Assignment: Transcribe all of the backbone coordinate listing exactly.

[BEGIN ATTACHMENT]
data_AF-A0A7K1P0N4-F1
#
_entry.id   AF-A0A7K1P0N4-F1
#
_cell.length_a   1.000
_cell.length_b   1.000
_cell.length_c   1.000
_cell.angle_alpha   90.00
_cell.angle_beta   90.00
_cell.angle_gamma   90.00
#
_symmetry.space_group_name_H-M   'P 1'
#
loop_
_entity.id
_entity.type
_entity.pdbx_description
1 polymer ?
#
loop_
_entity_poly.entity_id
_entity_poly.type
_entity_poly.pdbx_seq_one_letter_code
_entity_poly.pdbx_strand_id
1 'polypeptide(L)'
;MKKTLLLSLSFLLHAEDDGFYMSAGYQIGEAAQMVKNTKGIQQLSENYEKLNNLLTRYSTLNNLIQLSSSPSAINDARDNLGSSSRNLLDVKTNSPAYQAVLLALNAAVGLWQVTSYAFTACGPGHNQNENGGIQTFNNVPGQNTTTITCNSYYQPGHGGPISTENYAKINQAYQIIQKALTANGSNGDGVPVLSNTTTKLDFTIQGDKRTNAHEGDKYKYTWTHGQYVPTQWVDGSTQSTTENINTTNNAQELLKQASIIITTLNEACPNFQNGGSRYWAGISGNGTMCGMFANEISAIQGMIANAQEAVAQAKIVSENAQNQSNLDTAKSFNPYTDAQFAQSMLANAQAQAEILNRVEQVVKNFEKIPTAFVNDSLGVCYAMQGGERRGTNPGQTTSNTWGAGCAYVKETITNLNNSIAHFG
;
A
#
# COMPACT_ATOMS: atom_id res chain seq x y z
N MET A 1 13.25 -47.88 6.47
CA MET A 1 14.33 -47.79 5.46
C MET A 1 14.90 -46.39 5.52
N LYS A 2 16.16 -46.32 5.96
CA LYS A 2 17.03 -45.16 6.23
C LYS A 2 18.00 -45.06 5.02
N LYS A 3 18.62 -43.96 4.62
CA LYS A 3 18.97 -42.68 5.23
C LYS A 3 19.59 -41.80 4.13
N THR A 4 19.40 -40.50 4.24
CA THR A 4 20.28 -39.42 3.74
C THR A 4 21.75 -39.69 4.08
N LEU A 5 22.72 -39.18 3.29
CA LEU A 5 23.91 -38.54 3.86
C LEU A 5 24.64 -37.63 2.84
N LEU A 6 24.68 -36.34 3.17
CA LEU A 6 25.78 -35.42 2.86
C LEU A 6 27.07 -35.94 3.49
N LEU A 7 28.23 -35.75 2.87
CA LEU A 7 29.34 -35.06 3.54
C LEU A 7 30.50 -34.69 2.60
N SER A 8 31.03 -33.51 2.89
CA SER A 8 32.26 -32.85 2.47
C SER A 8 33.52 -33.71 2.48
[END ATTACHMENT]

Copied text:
data_AF-A0A7K1P0N4-F1
#
_entry.id   AF-A0A7K1P0N4-F1
#
_cell.length_a   1.000
_cell.length_b   1.000
_cell.length_c   1.000
_cell.angle_alpha   90.00
_cell.angle_beta   90.00
_cell.angle_gamma   90.00
#
_symmetry.space_group_name_H-M   'P 1'
#
loop_
_entity.id
_entity.type
_entity.pdbx_description
1 polymer ?
#
loop_
_entity_poly.entity_id
_entity_poly.type
_entity_poly.pdbx_seq_one_letter_code
_entity_poly.pdbx_strand_id
1 'polypeptide(L)'
;MKKTLLLSLSFLLHAEDDGFYMSAGYQIGEAAQMVKNTKGIQQLSENYEKLNNLLTRYSTLNNLIQLSSSPSAINDARDNLGSSSRNLLDVKTNSPAYQAVLLALNAAVGLWQVTSYAFTACGPGHNQNENGGIQTFNNVPGQNTTTITCNSYYQPGHGGPISTENYAKINQAYQIIQKALTANGSNGDGVPVLSNTTTKLDFTIQGDKRTNAHEGDKYKYTWTHGQYVPTQWVDGSTQSTTENINTTNNAQELLKQASIIITTLNEACPNFQNGGSRYWAGISGNGTMCGMFANEISAIQGMIANAQEAVAQAKIVSENAQNQSNLDTAKSFNPYTDAQFAQSMLANAQAQAEILNRVEQVVKNFEKIPTAFVNDSLGVCYAMQGGERRGTNPGQTTSNTWGAGCAYVKETITNLNNSIAHFG
;
A
#
# COMPACT_ATOMS: atom_id res chain seq x y z
N MET A 1 13.25 -47.88 6.47
CA MET A 1 14.33 -47.79 5.46
C MET A 1 14.90 -46.39 5.52
N LYS A 2 16.16 -46.32 5.96
CA LYS A 2 17.03 -45.16 6.23
C LYS A 2 18.00 -45.06 5.02
N LYS A 3 18.62 -43.96 4.62
CA LYS A 3 18.97 -42.68 5.23
C LYS A 3 19.59 -41.80 4.13
N THR A 4 19.40 -40.50 4.24
CA THR A 4 20.28 -39.42 3.74
C THR A 4 21.75 -39.69 4.08
N LEU A 5 22.72 -39.18 3.29
CA LEU A 5 23.91 -38.54 3.86
C LEU A 5 24.64 -37.63 2.84
N LEU A 6 24.68 -36.34 3.17
CA LEU A 6 25.78 -35.42 2.86
C LEU A 6 27.07 -35.94 3.49
N LEU A 7 28.23 -35.75 2.87
CA LEU A 7 29.34 -35.06 3.54
C LEU A 7 30.50 -34.69 2.60
N SER A 8 31.03 -33.51 2.89
CA SER A 8 32.26 -32.85 2.47
C SER A 8 33.52 -33.71 2.48